Bibeau, WS, Moore, JB, Mitchell, NG, Vargas-Tonsing, T, and Bartholomew, JB. Effects of acute resistance training of different intensities and rest periods on anxiety and affect. J Strength Cond Res 24(8): 2184-2191, 2010-The affective benefits associated with aerobic exercise are well documented. However, literature concerning resistance exercise has suggested a more variable response (i.e., a short duration increase in state anxiety, which eventually is reduced below baseline) and thus may play an important role in the adoption and maintenance of a resistance training program. The purpose of the current study was to examine the effects of different intensities and rest period during resistance exercise on anxiety, positive affect, and negative affect while holding volume constant and controlling for self-efficacy. Using an experimental design, individuals enrolled in a weight training class (n = 104) were randomly assigned 1 of 5 exercise conditions (control, low-long, low-short, high-long, and high-short), varying intensities, and rest time. Anxiety and positive and negative affect measurements were collected immediately following the exercise workouts. Data from separate analyses of covariance revealed a significant main effect for condition on positive affect (p = 0.026), in which the low-long group reported significantly higher positive affect than the control group, at 5-minute postexercise. Similar analysis indicated a significant main effect for time on anxiety (p = 0.003), with the highest anxiety detected at 5-minute postexercise, and significant reductions in anxiety at both 20-minute and 40-minute postexercise. In conclusion, these results suggest that the variation of intensity and rest time had a modest short-term effect on psychological states, following an acute bout of resistance exercise. Personal trainers and health professionals may want to emphasize light-intensity resistance programs for novice clients to maximize psychological benefits, which in turn, may positively affect compliance and adherence.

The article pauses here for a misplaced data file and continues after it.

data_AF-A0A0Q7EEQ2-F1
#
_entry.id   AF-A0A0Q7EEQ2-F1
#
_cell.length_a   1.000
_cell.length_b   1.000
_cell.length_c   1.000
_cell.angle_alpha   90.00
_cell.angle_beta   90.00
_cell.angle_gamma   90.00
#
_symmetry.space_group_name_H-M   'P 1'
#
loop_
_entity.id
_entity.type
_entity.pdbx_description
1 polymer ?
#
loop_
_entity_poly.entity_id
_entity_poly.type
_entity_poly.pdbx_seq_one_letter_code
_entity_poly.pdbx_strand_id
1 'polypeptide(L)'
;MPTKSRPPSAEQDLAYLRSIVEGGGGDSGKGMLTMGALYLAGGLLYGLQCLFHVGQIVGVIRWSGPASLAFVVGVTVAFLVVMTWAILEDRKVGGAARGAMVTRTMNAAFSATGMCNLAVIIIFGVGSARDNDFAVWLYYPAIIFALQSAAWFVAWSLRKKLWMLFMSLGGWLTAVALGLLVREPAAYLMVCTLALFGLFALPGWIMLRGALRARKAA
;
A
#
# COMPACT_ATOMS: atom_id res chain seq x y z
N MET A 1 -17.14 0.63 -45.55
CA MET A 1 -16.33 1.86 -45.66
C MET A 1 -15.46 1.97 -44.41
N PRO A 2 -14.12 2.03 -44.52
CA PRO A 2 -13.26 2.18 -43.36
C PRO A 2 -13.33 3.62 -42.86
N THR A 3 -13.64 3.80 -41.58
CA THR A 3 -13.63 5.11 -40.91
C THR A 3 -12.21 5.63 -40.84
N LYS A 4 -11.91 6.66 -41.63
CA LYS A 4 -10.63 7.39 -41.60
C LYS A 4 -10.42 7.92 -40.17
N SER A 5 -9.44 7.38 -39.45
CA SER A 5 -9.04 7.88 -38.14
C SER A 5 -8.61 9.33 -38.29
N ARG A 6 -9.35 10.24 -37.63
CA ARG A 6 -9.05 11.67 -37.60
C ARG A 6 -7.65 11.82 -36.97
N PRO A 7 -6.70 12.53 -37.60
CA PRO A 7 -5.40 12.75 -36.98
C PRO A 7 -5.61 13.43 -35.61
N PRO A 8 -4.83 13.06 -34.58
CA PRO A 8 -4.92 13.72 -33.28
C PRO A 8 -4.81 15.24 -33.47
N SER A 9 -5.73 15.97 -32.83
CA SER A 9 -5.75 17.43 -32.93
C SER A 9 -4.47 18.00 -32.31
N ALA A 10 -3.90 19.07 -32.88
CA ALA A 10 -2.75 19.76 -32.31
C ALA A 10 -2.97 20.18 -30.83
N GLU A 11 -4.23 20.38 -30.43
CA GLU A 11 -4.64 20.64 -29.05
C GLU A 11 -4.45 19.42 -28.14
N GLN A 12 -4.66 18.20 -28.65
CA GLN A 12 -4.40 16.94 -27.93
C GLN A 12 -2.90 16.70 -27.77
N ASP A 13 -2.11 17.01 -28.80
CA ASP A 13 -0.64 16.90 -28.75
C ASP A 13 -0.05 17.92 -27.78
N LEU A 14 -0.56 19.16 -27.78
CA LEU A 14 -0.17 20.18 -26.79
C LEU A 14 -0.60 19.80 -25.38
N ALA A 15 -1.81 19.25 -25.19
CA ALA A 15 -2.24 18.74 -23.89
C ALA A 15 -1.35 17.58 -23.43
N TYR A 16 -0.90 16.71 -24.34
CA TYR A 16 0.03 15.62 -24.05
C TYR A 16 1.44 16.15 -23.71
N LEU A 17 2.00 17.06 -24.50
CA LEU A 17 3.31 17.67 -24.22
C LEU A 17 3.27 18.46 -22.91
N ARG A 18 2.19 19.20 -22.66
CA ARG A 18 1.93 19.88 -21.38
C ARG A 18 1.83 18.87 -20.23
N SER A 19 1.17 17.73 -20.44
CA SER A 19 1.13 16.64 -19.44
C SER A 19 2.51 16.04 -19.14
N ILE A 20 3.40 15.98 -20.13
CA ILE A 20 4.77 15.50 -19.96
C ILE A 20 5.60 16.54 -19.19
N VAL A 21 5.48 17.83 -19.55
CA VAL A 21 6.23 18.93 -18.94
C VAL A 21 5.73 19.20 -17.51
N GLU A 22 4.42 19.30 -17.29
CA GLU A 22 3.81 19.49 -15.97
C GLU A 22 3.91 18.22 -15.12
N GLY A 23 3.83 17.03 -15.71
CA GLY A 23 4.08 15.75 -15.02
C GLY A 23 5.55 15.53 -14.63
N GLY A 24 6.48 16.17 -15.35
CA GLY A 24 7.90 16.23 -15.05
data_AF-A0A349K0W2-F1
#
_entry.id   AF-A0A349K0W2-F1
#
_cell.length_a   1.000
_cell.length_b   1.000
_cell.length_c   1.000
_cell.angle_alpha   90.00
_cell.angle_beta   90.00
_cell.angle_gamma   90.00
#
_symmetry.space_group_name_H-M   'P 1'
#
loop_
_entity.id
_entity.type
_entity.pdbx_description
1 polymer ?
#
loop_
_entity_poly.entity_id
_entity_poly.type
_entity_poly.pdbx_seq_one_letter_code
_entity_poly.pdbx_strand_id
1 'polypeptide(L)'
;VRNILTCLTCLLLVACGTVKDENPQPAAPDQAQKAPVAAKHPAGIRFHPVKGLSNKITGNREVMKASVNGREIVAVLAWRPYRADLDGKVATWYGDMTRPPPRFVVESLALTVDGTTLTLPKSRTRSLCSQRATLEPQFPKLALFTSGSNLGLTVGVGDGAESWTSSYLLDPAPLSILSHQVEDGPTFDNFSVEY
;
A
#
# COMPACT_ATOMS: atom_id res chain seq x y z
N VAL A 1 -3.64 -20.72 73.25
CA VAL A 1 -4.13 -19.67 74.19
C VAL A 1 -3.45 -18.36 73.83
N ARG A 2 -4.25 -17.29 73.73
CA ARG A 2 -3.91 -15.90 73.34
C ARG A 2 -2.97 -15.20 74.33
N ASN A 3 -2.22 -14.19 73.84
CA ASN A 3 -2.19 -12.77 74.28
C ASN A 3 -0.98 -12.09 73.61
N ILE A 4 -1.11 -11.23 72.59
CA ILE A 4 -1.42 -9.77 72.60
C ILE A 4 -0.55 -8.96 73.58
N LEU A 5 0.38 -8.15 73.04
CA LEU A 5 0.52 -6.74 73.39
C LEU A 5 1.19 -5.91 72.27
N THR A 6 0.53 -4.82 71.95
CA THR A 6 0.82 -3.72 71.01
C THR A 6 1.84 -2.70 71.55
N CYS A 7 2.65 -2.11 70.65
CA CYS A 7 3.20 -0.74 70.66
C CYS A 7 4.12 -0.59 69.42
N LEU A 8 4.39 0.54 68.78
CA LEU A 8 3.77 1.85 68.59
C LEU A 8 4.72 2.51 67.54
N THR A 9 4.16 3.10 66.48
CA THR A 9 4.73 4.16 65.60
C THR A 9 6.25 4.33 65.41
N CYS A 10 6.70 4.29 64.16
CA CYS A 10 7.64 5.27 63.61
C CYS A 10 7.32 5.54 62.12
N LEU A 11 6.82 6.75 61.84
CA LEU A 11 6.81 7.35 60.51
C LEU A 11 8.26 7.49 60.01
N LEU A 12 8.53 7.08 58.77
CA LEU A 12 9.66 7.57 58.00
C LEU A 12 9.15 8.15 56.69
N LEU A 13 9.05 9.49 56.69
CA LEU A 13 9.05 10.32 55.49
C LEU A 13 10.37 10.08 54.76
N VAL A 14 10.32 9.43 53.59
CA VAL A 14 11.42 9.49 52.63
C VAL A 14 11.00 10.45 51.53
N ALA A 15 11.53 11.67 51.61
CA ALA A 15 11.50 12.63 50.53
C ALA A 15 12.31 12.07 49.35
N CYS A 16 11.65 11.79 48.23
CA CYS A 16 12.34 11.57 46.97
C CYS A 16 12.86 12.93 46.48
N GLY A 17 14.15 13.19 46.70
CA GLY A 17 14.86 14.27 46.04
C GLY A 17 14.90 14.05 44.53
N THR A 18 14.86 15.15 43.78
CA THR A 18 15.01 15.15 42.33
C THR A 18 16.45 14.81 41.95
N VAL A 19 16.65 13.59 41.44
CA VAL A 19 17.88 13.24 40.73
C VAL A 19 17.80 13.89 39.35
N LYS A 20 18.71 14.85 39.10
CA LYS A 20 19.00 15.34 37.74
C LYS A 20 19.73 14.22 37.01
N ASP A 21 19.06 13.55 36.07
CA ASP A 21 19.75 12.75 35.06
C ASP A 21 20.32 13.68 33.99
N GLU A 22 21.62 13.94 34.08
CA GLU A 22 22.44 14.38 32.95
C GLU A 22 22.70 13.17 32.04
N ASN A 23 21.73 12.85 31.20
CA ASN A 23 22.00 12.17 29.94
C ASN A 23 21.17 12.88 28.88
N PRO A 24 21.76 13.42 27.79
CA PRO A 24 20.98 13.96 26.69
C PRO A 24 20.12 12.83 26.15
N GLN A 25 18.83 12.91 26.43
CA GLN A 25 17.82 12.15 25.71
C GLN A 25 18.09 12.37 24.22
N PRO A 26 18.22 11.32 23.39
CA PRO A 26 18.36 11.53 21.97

1Department of Biostatistics and Epidemiology, School of Public Health, University of Maryland, Maryland; 2Department of Public Health, Brody School of Medicine, East Carolina University, Greenville, North Carolina; 3School of Professional Psychology, Spalding University, Louisville, Kentucky; 4Department of Health and Kinesiology, College of Education and Human Development, University of Texas at San Antonio, San Antonio, Texas; and 5Department of Kinesiology and Health Education, College of Education, University of Texas at Austin, Austin, Texas
Address correspondence to Wendy S. Bibeau, firstname.lastname@example.org.